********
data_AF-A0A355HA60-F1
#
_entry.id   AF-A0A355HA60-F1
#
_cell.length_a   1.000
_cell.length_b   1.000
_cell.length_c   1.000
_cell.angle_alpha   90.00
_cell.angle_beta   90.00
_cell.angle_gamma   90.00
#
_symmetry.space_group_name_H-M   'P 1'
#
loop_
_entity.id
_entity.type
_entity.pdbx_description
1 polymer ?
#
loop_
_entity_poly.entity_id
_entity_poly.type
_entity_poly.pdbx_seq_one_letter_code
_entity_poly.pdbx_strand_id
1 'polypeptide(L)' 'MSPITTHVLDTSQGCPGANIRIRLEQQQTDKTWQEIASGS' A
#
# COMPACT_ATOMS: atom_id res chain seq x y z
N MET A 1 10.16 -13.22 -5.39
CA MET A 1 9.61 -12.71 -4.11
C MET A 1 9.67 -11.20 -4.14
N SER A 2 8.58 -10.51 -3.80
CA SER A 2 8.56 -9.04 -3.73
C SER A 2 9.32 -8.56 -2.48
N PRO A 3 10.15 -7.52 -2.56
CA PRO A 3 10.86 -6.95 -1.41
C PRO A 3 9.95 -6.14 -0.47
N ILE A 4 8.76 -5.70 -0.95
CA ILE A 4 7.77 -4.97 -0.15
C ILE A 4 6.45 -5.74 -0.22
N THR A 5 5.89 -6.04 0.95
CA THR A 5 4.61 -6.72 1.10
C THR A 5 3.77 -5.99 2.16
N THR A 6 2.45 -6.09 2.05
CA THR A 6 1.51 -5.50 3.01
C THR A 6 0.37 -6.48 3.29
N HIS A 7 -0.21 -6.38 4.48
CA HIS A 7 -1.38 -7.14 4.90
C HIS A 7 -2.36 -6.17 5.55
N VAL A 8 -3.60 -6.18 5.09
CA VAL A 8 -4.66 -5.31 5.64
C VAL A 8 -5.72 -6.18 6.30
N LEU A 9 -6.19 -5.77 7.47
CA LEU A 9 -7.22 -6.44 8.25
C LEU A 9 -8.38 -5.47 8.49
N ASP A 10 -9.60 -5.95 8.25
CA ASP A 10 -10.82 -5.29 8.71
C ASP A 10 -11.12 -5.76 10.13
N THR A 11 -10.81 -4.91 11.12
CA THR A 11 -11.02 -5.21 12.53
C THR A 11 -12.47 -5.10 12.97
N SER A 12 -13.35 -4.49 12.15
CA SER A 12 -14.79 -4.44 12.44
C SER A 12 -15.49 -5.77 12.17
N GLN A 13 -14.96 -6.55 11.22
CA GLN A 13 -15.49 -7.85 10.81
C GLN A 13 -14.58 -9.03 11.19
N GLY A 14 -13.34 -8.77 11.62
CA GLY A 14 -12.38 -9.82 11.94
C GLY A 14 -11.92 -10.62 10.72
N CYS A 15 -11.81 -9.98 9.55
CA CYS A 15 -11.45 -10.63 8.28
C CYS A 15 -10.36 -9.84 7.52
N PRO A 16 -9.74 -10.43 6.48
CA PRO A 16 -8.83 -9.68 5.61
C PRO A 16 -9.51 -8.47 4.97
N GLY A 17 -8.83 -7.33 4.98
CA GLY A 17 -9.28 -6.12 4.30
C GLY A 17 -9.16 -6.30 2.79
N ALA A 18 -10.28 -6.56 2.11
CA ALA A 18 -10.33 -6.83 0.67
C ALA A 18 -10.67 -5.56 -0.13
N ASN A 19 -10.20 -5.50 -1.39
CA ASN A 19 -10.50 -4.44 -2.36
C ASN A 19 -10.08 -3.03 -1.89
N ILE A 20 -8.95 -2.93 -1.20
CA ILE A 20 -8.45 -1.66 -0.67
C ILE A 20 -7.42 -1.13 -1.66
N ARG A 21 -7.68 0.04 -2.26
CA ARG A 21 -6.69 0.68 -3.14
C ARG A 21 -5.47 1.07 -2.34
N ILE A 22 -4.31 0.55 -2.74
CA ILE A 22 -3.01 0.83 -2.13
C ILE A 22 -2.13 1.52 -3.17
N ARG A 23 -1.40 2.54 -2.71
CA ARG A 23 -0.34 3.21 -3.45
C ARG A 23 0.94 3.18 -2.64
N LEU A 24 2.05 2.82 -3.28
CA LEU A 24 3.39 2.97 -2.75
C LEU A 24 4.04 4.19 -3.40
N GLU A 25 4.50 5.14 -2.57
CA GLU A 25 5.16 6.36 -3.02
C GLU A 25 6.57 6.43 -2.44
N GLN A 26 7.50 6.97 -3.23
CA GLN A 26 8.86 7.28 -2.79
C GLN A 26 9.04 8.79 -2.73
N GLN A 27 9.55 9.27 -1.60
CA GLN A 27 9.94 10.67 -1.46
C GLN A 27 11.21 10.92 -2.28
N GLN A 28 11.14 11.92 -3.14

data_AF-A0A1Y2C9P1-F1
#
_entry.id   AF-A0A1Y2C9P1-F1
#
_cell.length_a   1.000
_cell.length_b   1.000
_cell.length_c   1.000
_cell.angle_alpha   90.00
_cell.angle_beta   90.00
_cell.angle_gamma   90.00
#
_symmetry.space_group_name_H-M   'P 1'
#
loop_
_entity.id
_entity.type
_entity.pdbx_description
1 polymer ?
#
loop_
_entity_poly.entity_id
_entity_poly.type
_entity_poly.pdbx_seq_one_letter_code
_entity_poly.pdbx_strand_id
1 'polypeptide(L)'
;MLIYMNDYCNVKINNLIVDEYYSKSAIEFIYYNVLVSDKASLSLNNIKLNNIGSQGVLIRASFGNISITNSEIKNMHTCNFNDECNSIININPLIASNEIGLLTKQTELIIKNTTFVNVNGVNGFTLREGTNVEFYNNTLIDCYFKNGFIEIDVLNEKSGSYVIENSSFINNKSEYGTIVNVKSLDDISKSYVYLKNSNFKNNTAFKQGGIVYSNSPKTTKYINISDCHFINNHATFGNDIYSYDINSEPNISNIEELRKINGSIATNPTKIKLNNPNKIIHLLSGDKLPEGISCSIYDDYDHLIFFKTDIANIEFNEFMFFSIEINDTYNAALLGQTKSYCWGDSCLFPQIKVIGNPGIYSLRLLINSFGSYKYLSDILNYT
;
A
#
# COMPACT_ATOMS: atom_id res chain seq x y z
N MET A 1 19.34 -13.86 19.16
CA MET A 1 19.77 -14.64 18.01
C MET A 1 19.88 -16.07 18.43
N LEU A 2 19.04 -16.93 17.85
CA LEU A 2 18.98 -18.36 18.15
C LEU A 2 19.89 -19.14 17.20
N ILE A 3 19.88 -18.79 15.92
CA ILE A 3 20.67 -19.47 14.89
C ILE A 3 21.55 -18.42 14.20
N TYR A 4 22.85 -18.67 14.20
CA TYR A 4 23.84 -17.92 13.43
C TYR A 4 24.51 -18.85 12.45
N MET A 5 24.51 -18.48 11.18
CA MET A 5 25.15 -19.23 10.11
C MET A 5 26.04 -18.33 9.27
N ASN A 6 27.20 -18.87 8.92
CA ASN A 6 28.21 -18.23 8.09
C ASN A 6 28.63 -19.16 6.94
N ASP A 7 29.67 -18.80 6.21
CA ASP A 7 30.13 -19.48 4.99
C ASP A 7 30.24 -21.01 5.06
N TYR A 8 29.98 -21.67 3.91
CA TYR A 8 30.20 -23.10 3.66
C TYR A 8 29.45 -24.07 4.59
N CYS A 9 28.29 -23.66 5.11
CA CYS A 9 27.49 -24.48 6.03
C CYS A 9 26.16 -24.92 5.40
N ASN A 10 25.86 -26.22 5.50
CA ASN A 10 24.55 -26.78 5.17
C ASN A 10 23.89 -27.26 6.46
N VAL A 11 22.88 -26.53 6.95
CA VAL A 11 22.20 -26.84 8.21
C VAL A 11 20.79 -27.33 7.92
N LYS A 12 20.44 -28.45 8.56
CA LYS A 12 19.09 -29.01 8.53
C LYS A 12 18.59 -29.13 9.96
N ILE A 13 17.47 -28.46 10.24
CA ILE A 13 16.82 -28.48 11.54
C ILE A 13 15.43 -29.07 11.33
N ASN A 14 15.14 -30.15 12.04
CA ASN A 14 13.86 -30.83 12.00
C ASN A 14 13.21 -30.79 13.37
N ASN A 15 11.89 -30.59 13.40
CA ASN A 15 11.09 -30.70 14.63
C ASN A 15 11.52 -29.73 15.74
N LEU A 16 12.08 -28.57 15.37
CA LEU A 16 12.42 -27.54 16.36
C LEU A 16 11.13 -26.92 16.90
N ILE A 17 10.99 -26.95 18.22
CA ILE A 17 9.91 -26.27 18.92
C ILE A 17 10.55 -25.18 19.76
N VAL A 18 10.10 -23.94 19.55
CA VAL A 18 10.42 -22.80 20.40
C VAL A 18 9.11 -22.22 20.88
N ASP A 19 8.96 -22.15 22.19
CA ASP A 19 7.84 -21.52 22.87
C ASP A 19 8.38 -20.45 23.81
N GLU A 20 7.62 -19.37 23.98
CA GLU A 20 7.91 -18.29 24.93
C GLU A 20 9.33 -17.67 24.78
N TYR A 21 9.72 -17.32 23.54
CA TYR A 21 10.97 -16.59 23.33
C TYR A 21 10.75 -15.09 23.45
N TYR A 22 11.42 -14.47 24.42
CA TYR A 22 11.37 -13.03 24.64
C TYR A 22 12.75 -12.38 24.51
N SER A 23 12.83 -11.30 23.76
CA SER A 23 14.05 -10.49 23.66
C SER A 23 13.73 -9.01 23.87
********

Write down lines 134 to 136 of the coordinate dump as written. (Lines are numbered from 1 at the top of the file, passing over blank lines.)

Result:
1 'polypeptide(L)'
;MLIYMNDYCNVKINNLIVDEYYSKSAIEFIYYNVLVSDKASLSLNNIKLNNIGSQGVLIRASFGNISITNSEIKNMHTCNFNDECNSIININPLIASNEIGLLTKQTELIIKNTTFVNVNGVNGFTLREGTNVEFYNNTLIDCYFKNGFIEIDVLNEKSGSYVIENSSFINNKSEYGTIVNVKSLDDISKSYVYLKNSNFKNNTAFKQGGIVYSNSPKTTKYINISDCHFINNHATFGNDIYSYDINSEPNISNIEELRKINGSIATNPTKIKLNNPNKIIHLLSGDKLPEGISCSIYDDYDHLIFFKTDIANIEFNEFMFFSIEINDTYNAALLGQTKSYCWGDSCLFPQIKVIGNPGIYSLRLLINSFGSYKYLSDILNYT
;